He notes that by treating customers well, there will be a positive chain reaction on the employees that come in.
“You will also attract employees who will give you their best. And a bank is only able to service customers through its people,” he says.
By putting people first, he says the bank will naturally develop a “virtual cycle that allows the company to function and flourish.”
When it comes to business, Sanjeev emphasises on giving before expecting anything in return.
“I think when it comes to business, the first order of the day is you seek to serve the customers' needs in the manner that makes business sense and that automatically leads to a sustainable business model,” he shares.
“It's an old expression, you have to give to get.' You have to give value, provide services, and on a personal level, provide friendship before you can even demand anything.”
With the weight of upholding a global image upon his shoulders, Sanjeev's motivation is to keep improving the bank.
“When you assume this position as CEO of Citibank, you assume a leadership position of a leading bank,” he says,
“What drives you is that you certainly don't want to hand it over in any worse shape than when you got it.”
To him, it was a priority to take the bank to a higher plane through improvements in terms of customer base, customer perception, branding, employee value proposition and business matrix.
Sanjeev also gives due consideration to the eventual succession to his position.
“You want to provide a foundation for someone to build upon, so that is clearly one thing that I take seriously.”
On what drives him personally, he says: “I think, it is no different from everyone else.”
“We all want to make sure our family does well, that our children do well. Those things are fairly universal,” he says in short, revealing only a sliver of his personal life.
For the most of his career, he has worked outside of India. He has lived in the US and Hong Kong before Malaysia.
He returned to India in the middle of his career to work in Mumbai for five years. He has experienced doing business across every country in Asia, a large part of Europe and also Latin America.
He says his family has always travelled with him and has had no problem adjusting to new environments.
As for his connections with the many other Indian expatriate corporate leaders, Sanjeev acknowledges that he is in touch with them.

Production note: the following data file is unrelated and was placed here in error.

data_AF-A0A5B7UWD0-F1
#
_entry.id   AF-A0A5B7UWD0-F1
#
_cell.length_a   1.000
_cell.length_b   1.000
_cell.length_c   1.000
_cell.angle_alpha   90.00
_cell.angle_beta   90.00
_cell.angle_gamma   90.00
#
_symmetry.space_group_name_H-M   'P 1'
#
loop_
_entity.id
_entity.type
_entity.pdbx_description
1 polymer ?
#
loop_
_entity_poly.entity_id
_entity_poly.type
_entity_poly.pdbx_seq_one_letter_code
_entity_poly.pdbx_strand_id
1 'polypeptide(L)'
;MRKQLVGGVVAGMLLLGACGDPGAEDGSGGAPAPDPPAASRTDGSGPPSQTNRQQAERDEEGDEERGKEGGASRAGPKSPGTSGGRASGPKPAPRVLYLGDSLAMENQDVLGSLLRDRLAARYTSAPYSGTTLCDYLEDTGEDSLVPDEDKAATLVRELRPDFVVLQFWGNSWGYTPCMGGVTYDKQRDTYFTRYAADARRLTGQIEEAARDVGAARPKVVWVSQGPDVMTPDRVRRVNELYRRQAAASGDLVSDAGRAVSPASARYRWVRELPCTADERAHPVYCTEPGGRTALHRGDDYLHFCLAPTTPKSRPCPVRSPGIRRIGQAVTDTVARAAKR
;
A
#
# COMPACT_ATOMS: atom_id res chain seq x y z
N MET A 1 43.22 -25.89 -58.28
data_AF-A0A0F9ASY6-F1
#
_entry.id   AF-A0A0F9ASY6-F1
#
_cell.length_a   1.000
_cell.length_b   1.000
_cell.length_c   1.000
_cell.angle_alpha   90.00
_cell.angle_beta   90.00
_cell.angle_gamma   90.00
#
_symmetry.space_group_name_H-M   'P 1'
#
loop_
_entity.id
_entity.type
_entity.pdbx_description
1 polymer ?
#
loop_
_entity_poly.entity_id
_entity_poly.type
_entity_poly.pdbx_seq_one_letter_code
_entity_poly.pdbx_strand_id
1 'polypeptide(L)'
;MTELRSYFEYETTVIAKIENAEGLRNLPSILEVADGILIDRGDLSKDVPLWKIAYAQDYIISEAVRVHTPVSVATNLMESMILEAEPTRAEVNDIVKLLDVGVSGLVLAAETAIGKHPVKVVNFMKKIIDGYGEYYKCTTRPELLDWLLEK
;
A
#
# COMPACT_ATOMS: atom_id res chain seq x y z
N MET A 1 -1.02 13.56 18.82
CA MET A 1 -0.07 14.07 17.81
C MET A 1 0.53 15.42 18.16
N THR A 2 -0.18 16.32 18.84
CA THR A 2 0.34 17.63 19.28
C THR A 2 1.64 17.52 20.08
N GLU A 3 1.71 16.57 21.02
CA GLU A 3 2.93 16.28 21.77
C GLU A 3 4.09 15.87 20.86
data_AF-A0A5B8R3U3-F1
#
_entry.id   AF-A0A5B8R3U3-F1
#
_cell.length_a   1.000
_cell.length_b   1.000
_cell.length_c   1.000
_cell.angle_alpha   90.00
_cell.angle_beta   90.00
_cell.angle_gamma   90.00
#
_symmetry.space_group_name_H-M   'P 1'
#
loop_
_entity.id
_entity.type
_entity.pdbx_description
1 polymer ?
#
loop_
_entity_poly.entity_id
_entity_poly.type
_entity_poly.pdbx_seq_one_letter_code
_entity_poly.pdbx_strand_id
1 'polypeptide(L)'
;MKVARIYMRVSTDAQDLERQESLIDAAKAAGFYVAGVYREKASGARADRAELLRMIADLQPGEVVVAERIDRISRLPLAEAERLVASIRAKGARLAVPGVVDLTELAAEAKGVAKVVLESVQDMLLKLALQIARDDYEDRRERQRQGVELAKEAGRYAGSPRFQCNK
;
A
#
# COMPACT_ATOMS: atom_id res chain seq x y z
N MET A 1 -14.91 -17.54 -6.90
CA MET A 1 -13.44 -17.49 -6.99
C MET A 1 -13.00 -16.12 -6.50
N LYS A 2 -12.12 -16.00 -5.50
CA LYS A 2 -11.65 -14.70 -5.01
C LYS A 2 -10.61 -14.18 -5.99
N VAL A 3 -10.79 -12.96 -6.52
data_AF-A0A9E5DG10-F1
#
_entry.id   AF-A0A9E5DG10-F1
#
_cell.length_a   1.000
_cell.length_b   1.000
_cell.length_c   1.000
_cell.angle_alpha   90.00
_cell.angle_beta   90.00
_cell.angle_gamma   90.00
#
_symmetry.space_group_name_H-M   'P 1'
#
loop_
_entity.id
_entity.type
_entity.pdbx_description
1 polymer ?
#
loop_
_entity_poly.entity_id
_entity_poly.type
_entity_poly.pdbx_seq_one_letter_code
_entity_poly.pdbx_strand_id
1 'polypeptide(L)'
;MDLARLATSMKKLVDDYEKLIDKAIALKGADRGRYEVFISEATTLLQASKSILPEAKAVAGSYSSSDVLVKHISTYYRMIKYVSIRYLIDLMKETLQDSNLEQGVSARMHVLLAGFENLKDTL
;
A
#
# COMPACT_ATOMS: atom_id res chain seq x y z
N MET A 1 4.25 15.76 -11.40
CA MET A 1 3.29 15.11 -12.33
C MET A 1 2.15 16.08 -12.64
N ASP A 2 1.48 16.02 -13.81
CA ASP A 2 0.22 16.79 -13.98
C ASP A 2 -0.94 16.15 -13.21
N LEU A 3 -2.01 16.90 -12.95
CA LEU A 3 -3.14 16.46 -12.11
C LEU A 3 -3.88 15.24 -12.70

“Yes, we have business relationships and obviously, social relationships too.”
He is also president of the American Malaysian Chamber of Commerce and a council member of the Association of Banks in Malaysia.
When asked to describe himself in three words, Sanjeev gave a chuckle.
“I haven't thought of myself that way,” he says, before a pensive pause.
“I would say I am very reflective. I believe in long-term success and as for the staff, maximising their potential is a very important priority for me.”
He reiterates the necessity of helping others progress professionally as much as one can.
“My view is that if you lift people around you, you lift yourself. It's not an either or' situation.”
On whether he had anyone groom him into the leader he is today, Sanjeev maintains that he learns from many people.
“There is not really one mentor. There are a lot of people who have influenced me in my life,” he says.
He acknowledges that over the span of a career, one will meet different people and admire them for different reasons. To him, it is important to try and simulate what one needs to or should.
“I actually believe that everyone has unique abilities and you can learn something from everyone. It doesn't have to be somebody from some exalted position.”
“Quite frankly, you can learn a lot from people who do relatively ordinary things. Everybody can do something extraordinarily well and you have to keep an eye out for that.”
When asked about what he thought of local Indian cuisine however, Sanjeev gave a split-second grimace. And of any restaurant that might have come close to serving authentic Indian cuisine, he says “seven years and still searching.”
While he continues to search for that kitchen that serves the briyani true to his homeland's palate, Sanjeev sees himself continuing his career in the banking industry, “at least in the near future.”